The Power of Inclusion
By Marites Dagdag, General Manager – Clorox Philippines
In celebration of International Women’s Day, the IBM Women’s Network Group in the Philippines (IMA), held a town hall with the theme “I am a Woman: I Pledge for Parity.” Over 200 women IBMers participated at the event to celebrate diversity and gender parity. I was one of four Filipina CEOs invited by IMA to the forum.
It was a privilege to share with this group the Clorox strategy on people, best practices on diversity and parity and our company values. Our mission at Clorox is simple yet powerful: to make everyday life better, every day. And this applies equally to our diversity and inclusion programs for employees as it does to our products. We exceed the average among the Fortune 500 of women in board, executive, managerial and nonproduction roles — and in some cases far exceed the average.
That’s important because I’ve seen how experiences, skills and insights from all types of backgrounds enrich the workplace culture, improve employees’ effectiveness and satisfaction and ultimately contribute to our performance in the marketplace.
Serving in customer facing roles most of my career, I’ve seen how changing demographics impact sales growth. Today, women and multicultural consumers account for about 80 percent of shoppers. Women are the largest group; Multicultural is the fastest growing; and Millennials represent our future. Creating a culture of inclusion is definitely a competitive advantage, and today’s global marketplace requires diverse leadership teams with different worldviews, experiences and thought processes.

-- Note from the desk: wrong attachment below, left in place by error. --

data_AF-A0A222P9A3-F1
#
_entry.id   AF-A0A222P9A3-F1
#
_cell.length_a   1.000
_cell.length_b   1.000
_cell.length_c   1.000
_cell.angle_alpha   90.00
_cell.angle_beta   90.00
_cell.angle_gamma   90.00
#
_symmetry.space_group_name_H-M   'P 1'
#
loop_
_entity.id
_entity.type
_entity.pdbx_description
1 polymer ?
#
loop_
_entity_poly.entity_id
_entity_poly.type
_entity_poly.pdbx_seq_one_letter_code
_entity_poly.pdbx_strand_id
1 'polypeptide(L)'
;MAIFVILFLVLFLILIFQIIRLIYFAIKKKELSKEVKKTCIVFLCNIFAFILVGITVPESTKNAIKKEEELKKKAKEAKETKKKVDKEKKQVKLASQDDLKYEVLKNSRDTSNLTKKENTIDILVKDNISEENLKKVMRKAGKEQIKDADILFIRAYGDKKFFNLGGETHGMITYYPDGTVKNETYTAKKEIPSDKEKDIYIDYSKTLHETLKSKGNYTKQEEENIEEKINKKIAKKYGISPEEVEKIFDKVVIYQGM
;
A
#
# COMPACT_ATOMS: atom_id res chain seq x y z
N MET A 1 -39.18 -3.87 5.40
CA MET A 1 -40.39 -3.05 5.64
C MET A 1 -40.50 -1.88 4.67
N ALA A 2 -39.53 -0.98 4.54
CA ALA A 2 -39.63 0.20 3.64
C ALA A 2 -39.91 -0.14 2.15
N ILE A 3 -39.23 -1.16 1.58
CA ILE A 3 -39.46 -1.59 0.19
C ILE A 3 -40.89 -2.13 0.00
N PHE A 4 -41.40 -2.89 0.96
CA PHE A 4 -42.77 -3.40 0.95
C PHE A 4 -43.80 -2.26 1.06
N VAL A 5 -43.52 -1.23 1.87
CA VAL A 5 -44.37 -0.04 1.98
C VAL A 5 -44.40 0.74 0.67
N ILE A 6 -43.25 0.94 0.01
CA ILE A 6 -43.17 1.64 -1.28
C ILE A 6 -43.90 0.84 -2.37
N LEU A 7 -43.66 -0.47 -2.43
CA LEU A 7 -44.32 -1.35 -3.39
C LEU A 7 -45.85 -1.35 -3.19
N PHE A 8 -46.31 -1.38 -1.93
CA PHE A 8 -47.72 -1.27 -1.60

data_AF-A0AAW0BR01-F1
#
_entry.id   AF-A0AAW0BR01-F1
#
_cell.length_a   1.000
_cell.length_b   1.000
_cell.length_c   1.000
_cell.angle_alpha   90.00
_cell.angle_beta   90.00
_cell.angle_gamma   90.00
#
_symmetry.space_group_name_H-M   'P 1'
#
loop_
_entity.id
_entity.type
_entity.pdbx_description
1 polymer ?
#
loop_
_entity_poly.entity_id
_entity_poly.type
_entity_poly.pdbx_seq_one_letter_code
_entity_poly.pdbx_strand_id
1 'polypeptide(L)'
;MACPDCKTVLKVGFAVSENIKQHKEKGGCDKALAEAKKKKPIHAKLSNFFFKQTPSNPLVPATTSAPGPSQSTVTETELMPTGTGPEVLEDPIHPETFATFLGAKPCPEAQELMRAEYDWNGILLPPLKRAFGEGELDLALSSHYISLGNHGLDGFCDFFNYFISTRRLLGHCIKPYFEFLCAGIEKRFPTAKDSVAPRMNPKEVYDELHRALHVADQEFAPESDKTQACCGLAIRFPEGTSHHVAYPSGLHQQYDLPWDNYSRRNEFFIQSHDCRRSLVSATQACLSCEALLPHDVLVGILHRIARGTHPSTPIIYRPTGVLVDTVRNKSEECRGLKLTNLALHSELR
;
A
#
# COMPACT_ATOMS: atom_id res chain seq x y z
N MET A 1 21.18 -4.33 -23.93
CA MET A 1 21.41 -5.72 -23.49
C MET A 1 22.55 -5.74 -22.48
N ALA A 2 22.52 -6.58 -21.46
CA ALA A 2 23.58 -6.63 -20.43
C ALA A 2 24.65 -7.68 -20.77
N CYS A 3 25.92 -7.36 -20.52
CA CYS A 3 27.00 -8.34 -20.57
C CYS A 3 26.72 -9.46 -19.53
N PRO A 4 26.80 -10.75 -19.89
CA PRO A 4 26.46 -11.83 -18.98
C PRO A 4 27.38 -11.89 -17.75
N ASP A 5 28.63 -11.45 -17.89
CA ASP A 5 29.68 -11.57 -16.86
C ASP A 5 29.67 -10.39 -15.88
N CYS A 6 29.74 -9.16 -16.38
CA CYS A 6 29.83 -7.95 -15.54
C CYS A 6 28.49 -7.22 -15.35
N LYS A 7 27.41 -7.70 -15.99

March is Women’s History Month, and we learned that women at IBM have been making contributions to the advancement of information technology for almost as long as the company has been in existence, as far back as the 1930s. Like IBM, Clorox has also been shaped by strong female leaders over the years. One woman with perhaps the greatest historical influence was Annie Murray, the wife of Clorox’s first general manager. She helped save the fledgling company from ruin when she came up with the idea to develop a form of liquid bleach for use in the home. From its beginnings until today, when one-third of our executive committee and independent board members are women, the company has always valued the contributions of women.
Like so much of our country, the majority of the women present at the IBM event were millennials. I viewed it a big responsibility to connect, inspire and provide them confidence that they can aspire to be successful in their careers with a balanced personal life. But beyond facts and achievements, the feedback we got from the audience was truly humbling. They were inspired by our sharing of our life stories — how we responded to challenges, our saying yes (and sometimes no), and what we learned from success and failures that we can pass on to the next generation.